- Keep track of when the ADP begins and ends. Once it is over, you cannot drop your courses without having a mark on your academic record saying you withdrew from the course. Although such marks are not the end of the world, it surely isn’t flattering to reviewers should you apply for scholarship or graduate study programs. An occasional withdrawal is no crime, but a string of such marks can be a red flag charging you with irresponsibility and flakiness. Those qualities are not ones you want to acquire accidentally. Furthermore, adding classes after the ADP is extremely difficult and almost impossible without the consent of professors and academic advisers, alike. Missing the beginning of the ADP can be equally damaging since you will miss the period when the most drops occur during the whole session and the opportunity to take up the newly opened seats in your favorite classes. Avoid all these dilemmas and keep the ADP clearly marked in your calender and/or agenda book. It will save you a lot of trouble.
- Don’t make the mistake of thinking you can get into any class if you simple wait long enough during the ADP. Some of the most popular classes at Cornell University will have incredibly long wait lists from which the professors will draw on first when students drop their classes during the ADP. That means that that if you did not add those classes during pre-enroll, then it will be highly unlikely that enough students will drop from the course for you to grab a seat. Some other popular courses require consent from the professor or a visit to the department’s academic office in order to enroll, such as several courses in the Performing and Media Arts department. Depending on the ADP will get you no where with these classes; you’re best chance is to contact the office or professor a.s.a.p. to grab a seat or a spot on the wait list. Even then, there is no guarantee that any students will drop out of any of these classes, so make sure you have a back-up plan just in case and prepare yourself better to enroll in the class next semester.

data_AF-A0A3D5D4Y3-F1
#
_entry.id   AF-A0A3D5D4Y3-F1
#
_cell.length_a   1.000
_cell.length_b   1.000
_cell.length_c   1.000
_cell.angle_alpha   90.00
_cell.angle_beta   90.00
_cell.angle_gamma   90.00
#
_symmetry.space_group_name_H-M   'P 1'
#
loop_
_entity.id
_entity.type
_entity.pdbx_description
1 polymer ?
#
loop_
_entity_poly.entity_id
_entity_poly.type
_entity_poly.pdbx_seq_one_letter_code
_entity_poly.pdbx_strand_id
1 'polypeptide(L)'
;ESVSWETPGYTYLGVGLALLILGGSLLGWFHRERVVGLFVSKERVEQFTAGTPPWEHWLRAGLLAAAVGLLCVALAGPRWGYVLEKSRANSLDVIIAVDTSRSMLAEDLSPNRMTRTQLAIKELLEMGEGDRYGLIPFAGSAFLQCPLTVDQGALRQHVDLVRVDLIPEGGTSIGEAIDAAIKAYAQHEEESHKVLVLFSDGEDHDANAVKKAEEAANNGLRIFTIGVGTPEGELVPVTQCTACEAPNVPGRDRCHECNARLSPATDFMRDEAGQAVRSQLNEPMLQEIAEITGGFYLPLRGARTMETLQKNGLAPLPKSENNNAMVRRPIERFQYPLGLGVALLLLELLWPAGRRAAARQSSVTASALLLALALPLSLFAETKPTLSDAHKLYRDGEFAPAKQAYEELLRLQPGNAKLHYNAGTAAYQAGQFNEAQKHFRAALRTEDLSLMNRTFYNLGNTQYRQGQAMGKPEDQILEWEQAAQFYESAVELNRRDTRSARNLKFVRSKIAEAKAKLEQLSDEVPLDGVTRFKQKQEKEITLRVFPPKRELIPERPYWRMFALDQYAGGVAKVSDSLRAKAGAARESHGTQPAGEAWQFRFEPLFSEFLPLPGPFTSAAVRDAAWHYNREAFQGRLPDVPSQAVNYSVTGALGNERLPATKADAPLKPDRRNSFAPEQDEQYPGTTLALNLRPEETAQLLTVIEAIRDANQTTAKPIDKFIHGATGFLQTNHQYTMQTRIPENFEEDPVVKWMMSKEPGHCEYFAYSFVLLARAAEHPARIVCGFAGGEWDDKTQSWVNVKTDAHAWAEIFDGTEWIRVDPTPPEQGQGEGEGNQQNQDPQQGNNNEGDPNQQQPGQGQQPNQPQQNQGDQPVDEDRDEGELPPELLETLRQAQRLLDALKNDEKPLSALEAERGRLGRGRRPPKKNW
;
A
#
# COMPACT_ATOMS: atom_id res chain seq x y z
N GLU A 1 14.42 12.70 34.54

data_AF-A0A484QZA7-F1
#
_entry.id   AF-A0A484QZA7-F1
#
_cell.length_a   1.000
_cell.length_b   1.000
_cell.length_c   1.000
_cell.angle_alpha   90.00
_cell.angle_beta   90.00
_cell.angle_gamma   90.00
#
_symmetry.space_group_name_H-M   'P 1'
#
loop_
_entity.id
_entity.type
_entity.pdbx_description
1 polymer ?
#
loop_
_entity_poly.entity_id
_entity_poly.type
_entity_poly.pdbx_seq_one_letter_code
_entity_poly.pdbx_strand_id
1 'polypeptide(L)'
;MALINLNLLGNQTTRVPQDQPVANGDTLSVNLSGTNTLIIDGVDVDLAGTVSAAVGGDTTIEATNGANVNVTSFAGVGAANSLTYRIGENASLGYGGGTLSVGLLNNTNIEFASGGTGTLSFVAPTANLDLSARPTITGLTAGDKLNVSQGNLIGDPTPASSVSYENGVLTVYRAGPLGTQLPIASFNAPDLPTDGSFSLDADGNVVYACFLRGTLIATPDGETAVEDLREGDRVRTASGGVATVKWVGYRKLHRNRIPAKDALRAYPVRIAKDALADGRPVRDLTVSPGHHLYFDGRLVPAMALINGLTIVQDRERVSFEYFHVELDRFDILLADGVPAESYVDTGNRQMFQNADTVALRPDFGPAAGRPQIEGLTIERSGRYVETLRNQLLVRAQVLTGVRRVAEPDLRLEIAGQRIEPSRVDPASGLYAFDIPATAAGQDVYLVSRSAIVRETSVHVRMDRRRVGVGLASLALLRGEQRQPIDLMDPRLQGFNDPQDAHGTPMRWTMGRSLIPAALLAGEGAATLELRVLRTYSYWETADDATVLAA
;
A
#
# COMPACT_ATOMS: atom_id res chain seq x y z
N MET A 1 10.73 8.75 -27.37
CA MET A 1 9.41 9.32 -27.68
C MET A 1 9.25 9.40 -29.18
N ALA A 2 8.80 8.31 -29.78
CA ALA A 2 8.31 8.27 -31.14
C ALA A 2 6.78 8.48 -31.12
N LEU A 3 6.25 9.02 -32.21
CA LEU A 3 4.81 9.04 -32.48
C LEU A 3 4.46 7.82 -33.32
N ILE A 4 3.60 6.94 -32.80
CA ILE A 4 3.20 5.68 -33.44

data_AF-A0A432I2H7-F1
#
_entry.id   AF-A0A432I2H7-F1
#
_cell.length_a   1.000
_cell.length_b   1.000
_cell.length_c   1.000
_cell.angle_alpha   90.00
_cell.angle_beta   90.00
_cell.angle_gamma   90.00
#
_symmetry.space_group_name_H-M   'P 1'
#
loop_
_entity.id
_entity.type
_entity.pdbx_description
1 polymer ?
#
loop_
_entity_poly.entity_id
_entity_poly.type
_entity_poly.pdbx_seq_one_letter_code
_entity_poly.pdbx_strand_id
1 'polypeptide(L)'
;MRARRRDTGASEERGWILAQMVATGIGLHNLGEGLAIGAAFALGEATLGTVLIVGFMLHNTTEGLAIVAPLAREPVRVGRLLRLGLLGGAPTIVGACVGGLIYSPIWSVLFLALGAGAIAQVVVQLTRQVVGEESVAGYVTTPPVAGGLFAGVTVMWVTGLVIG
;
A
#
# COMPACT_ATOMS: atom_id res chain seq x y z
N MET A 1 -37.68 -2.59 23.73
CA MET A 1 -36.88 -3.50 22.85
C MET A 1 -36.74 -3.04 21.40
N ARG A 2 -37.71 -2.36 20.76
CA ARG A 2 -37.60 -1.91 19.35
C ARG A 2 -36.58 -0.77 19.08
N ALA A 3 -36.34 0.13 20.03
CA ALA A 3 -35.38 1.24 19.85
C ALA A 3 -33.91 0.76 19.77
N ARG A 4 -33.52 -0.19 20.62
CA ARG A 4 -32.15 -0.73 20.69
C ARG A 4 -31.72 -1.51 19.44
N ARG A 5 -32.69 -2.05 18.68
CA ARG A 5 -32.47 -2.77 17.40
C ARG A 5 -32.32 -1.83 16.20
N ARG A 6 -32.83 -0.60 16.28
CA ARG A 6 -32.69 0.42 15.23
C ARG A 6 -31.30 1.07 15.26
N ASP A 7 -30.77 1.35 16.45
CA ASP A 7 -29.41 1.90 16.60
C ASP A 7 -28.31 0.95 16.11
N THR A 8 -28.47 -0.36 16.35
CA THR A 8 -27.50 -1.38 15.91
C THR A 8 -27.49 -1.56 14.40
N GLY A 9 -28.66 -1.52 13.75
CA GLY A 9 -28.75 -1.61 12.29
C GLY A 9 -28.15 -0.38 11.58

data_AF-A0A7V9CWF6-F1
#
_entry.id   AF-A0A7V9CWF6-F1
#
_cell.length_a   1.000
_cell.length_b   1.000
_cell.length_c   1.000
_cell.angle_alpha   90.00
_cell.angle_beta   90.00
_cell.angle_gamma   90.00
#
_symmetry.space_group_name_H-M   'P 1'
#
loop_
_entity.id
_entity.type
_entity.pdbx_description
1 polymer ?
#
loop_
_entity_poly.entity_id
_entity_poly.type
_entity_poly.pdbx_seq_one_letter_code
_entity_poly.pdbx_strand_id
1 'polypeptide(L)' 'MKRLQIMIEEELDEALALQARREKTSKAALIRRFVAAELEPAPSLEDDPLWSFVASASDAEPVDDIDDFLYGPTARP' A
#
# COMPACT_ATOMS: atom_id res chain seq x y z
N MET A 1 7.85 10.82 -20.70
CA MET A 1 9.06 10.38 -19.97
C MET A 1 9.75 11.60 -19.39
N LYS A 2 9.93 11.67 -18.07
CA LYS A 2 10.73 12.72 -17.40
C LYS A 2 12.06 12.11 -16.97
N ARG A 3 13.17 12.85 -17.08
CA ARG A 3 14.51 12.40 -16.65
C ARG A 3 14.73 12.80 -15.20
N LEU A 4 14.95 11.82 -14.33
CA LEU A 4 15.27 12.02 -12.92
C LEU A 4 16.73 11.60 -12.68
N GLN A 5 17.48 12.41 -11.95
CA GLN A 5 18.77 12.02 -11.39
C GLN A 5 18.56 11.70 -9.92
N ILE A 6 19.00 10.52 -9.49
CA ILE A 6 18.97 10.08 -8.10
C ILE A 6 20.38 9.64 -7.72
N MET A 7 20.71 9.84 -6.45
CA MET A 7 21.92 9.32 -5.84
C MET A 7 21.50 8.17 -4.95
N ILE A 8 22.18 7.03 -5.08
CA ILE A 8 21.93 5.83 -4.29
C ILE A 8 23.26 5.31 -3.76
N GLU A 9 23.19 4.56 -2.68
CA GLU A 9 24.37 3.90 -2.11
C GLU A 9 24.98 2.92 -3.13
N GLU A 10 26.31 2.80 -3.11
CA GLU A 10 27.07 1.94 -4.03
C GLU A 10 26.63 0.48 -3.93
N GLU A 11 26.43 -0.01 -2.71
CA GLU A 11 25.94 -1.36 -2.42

- If you’re trying out several classes during the ADP before committing to a schedule, make sure you attend all of the course’s class session during the first week of the semester. I know a lot of students will have their eye on multiple classes which occur at the same time during the week and will alternate in their attendance of each class to get a feel for both before adding either class. Well, I’m sorry to tell you that a lot of departments and popular courses keep track of students’ attendance during the first few weeks looking for these floating students. If you don’t the first or second class, they remove you from the course to give students on the wait list a chance to enroll.